SPRINGFIELD, Mass. (WWLP) - Springfield Casino Consultant Sid Froelich reviewed the MGM Springfield host agreement with Springfield City Councilors, Wednesday night.
Froelich told 22News he's pleased with how the agreement turned out. He also said that it's a unique agreement because MGM is offering to pay up to $15 million over the next three years--before a casino is actually built.
22News found out what kind of promises and obligations are included in the casino host agreement between Springfield and MGM.
By signing the host agreement, MGM is committing to bringing 3,000 permanent jobs, 4 performances per year at the MassMutual Center , and various redevelopment projects throughout Springfield.
The ideal timeline set up by Springfield's casino consultants and MGM:
- An approval from the City Council by May 15
- Casino referendum on July 16
- The state gaming license early 2014
- Then doors open July 2016
However, even before Springfield voters cast their ballots on the referendum, the host agreement has MGM making some upfront payments.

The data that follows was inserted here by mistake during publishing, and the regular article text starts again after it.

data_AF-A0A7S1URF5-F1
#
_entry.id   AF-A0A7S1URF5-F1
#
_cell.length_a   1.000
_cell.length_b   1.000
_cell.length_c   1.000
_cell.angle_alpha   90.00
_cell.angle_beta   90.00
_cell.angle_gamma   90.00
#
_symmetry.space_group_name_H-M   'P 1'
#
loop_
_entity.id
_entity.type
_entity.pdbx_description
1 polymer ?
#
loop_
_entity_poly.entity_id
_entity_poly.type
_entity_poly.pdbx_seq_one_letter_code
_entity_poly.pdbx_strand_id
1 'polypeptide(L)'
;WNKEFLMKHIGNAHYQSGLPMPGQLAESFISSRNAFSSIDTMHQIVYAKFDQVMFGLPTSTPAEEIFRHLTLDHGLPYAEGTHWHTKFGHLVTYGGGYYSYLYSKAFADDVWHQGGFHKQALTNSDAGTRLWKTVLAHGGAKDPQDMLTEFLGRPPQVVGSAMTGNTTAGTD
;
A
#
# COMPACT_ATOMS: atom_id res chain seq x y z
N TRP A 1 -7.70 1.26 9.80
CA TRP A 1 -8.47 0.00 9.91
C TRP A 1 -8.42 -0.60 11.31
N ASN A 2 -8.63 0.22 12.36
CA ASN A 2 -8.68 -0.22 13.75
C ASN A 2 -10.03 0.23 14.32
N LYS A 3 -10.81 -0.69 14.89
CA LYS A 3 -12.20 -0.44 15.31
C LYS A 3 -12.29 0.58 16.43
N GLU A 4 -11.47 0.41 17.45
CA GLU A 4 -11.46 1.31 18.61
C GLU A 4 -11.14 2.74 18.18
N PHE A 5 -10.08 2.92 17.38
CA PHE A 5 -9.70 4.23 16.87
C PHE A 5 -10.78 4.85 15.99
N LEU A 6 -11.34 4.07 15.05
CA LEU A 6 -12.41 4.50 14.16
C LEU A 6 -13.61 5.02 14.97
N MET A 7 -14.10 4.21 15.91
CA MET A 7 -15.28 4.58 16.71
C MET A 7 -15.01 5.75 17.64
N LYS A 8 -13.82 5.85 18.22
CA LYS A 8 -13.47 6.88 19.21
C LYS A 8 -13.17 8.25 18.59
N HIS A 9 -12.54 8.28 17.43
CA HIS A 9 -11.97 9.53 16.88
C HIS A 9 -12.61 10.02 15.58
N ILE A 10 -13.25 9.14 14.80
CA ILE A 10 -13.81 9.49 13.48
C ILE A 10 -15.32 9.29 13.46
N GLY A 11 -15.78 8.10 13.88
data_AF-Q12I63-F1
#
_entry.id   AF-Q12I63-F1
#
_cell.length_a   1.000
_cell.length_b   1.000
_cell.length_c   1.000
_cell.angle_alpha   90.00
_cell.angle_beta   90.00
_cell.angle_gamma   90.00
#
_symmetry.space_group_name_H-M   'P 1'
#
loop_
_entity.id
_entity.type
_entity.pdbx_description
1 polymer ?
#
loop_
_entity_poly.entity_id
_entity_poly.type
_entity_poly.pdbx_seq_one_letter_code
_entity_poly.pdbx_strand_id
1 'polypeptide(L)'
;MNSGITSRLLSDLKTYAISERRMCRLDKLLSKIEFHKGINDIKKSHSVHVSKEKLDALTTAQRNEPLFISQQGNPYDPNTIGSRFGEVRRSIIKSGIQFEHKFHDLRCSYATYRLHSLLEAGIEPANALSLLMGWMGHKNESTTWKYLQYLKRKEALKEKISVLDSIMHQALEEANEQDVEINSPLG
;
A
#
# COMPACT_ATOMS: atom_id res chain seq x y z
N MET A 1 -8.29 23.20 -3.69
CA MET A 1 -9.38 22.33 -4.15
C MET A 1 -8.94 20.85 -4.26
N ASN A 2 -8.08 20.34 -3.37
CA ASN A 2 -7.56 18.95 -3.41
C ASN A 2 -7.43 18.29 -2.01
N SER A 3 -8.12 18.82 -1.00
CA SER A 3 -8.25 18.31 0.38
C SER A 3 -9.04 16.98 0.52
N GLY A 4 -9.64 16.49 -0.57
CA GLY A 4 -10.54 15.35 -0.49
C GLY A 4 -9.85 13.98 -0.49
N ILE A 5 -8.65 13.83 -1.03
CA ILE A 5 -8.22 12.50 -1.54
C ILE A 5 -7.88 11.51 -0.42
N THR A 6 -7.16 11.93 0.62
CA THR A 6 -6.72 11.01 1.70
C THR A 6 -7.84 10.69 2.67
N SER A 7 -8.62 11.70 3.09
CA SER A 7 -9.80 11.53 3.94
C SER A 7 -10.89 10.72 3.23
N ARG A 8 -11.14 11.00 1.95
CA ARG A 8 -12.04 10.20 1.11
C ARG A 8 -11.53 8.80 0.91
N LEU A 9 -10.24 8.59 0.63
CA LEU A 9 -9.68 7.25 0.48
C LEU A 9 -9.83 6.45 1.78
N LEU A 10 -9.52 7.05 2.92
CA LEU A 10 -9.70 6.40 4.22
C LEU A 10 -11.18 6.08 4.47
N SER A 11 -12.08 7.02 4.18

Once the City Council approves the host agreement, the city will receive $1 million from MGM. Casino Consultant Sid Froelich said that money could be used to balance the budget. Welcome news for City Councilors who have to start working on the next Fiscal Year plan.
Springfield City Councilor John Lysak told 22News, "We are very tight right now. I mean a lot of people are looking at 10% cuts across the board, and you know, I'm hoping this could help us out. Help keep us from closing libraries. Put some more police officers on the street."
In total, MGM will pay $15 million between now and the projected opening date.
Froelich said, "[The money] will go for things like early childhood education. It'll go for health impacts. It'll go for libraries. Obviously real estate taxes to help the citizens with their tax situation."
"The South End Community Center was my first job when I was 16 years old. I went to the Howard Street School, Zanetti School when I was 5 years old. I've been here all my life. It's going to help tremendously. Say they don't come in, what are we going to see for the next 20, 30 years?", said Rico Daniele, who owns Mom & Rico in the city's South End.
The host agreement will be posted, in its entirety, Thursday on WWLP.com.